“Shut the hell up, will you? Not you, not me, no one is gonna be calling the cops, Bobby. That ain’t happening. Understand?”
“This isn’t some game you’re playing, here. This is the real deal. Now a man’s lost his life. A man has been murdered and he was your friend. You’ve got information that….”
“Shut up, damn it. Jesus Christ, I gotta tell you? For someone who’s supposed to have pulled four years you sure as hell didn’t learn much in there.”
“Didn’t learn much? Listen here you swaggering little street thug. Let me tell you what I learned. I don’t know what exactly happened to your mother over there on my kitchen counter, but the bottom line is she was murdered. Based on what you just told me I’m guessing the same two guys who took her life murdered your pal Arundel the other night. They murdered him out there in the parking lot because you two dipshits were using me as bait. Weren’t you?”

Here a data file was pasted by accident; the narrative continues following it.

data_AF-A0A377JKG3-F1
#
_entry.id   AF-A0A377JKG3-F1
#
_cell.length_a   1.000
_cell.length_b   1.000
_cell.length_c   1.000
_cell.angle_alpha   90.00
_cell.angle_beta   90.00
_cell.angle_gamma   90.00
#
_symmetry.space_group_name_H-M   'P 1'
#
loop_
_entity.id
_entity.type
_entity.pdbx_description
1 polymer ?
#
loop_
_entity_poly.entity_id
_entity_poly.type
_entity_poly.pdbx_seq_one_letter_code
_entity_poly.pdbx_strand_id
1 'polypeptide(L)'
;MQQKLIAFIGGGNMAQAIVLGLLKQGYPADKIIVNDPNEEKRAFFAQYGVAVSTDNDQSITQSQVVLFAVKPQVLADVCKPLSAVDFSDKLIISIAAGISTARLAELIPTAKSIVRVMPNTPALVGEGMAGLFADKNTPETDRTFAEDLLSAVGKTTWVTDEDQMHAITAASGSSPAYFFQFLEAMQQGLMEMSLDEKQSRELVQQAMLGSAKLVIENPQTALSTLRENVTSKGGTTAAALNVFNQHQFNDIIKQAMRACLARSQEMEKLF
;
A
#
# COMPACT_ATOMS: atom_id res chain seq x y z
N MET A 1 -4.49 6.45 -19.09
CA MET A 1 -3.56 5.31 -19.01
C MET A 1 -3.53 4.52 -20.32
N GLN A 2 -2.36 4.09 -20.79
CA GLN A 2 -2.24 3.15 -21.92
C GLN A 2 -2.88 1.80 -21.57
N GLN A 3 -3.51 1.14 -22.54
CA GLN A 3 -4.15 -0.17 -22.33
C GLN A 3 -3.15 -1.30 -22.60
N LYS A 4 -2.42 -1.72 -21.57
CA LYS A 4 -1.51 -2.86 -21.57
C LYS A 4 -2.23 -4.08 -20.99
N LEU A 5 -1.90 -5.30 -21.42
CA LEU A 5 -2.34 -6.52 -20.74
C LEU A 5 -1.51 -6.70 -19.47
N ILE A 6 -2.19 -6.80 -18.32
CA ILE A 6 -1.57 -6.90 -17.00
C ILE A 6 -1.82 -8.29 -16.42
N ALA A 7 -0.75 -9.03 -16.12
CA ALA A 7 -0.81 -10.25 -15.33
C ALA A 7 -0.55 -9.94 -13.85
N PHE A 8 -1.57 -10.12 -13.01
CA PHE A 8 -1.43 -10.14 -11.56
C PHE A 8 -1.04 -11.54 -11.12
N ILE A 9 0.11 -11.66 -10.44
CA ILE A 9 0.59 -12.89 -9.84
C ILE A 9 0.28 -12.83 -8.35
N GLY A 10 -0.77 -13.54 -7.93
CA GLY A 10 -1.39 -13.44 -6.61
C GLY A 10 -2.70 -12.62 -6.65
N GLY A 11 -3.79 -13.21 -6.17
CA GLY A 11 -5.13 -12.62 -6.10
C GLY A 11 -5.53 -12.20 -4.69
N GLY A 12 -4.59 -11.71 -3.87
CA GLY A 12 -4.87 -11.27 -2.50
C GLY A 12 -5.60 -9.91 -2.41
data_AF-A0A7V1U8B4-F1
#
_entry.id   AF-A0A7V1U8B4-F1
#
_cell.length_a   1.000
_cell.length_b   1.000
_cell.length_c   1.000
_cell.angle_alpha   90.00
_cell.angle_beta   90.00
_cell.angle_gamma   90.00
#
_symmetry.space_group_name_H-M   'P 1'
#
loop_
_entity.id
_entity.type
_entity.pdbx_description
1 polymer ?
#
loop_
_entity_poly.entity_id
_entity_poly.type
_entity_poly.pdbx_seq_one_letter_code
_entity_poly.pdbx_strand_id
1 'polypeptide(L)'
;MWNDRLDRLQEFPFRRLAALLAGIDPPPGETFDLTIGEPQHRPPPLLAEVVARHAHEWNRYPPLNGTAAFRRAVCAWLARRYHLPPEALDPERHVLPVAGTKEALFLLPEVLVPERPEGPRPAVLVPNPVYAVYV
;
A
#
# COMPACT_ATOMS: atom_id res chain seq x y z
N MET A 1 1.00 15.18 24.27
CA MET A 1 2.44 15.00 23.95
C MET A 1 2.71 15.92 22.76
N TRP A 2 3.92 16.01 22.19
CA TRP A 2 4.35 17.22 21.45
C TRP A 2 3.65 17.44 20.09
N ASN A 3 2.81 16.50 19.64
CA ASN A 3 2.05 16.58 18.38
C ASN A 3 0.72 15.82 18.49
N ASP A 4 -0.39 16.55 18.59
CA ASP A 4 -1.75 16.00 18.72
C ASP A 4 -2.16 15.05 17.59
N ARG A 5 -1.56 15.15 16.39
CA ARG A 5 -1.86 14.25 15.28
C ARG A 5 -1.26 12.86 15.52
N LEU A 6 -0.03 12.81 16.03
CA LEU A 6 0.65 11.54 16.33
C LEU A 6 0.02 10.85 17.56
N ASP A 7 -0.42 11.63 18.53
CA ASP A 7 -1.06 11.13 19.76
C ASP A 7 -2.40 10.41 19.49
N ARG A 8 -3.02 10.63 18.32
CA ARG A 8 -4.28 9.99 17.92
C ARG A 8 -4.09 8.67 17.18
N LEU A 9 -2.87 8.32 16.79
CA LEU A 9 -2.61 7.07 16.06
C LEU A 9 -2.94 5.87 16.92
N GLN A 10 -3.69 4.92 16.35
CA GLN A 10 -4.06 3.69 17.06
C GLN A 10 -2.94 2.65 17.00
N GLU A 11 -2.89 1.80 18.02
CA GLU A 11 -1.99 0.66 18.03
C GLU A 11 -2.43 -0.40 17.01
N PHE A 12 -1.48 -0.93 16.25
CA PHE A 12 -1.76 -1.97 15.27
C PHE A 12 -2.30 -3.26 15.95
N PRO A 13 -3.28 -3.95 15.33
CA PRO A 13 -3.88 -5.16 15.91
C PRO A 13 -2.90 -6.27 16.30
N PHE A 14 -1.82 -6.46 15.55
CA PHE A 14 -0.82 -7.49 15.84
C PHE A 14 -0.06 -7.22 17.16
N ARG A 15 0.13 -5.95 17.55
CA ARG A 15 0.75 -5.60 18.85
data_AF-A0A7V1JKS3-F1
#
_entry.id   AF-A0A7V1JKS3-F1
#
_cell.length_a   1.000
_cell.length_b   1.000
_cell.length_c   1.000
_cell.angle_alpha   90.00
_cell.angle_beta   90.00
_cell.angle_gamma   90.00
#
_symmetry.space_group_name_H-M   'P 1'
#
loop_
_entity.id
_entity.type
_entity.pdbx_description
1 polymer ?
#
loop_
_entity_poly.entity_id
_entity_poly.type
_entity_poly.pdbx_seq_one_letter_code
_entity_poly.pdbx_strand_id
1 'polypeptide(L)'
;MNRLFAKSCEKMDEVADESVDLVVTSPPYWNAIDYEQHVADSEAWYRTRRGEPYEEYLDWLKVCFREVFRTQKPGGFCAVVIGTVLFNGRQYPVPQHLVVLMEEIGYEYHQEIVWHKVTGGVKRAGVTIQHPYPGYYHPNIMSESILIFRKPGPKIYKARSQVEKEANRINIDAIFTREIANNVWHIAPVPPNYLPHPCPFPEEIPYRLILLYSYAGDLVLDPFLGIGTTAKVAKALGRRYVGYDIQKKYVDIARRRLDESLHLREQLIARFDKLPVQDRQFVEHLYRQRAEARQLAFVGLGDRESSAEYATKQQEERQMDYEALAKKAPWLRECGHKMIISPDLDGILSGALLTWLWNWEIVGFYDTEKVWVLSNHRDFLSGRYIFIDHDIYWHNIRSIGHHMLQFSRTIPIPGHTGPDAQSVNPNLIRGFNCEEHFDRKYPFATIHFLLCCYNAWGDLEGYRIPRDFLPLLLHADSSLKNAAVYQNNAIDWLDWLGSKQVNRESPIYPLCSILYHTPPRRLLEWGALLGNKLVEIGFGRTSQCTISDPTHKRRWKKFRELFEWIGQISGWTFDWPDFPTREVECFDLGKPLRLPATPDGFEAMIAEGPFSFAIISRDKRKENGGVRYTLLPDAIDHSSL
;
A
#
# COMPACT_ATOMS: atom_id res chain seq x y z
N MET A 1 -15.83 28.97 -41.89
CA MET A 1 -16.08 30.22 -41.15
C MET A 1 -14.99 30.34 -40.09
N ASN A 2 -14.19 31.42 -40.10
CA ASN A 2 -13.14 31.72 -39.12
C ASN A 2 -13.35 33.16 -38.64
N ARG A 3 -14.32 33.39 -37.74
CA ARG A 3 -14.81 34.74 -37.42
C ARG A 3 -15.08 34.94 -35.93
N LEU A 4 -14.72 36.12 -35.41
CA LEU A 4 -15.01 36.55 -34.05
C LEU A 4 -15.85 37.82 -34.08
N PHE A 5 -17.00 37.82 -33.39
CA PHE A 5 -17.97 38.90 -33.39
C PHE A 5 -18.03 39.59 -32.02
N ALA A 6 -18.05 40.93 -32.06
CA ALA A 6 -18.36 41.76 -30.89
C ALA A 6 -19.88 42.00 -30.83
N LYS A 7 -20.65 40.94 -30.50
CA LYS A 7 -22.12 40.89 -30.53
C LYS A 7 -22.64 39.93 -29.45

His look gave him away and suddenly Bobby knew all he needed to know.
“Yeah, perfect. You two were going to surprise them, right? Extract your own warped little version of vengeance, like this is some sort of B-grade movie. Of course you happened to be parked out on the street in that one of a kind pimped-out ride of yours that can be spotted from a hundred yards off.”
He stared back out the window and didn’t say anything.
“Perfect, how very professional. I suppose the two of you planned to settle this in your own little tough guy hoodlum way. Sneak up behind them and shoot them a half-dozen times in the back. Let me take a wild guess, the dome light goes on inside the car when you open the door. Right? So you can announce to everyone when you’re going to begin sneaking around. God, other than shooting them and then doing your celebration dance, did you even
a plan? And thanks, by the way for using me as bait. You know maybe if you’d kept me informed, told me your name or some of the other secret shit that seems to not be going your way, maybe things could have worked out differently. At least they may have worked out differently for your hapless dead pal, Arundel.”
“Precious. My name, you’re standing there bitching that you wanted to know, so I’m telling you. It’s Precious.”
“You got a problem with that?”
“No, no problem. That’s what everyone calls you? Precious?”
He looked back out the window. “They call me Prez.”
“It’s what they call me, man.”
“Okay, I’m cool with that, I get it. So, what do you plan to do,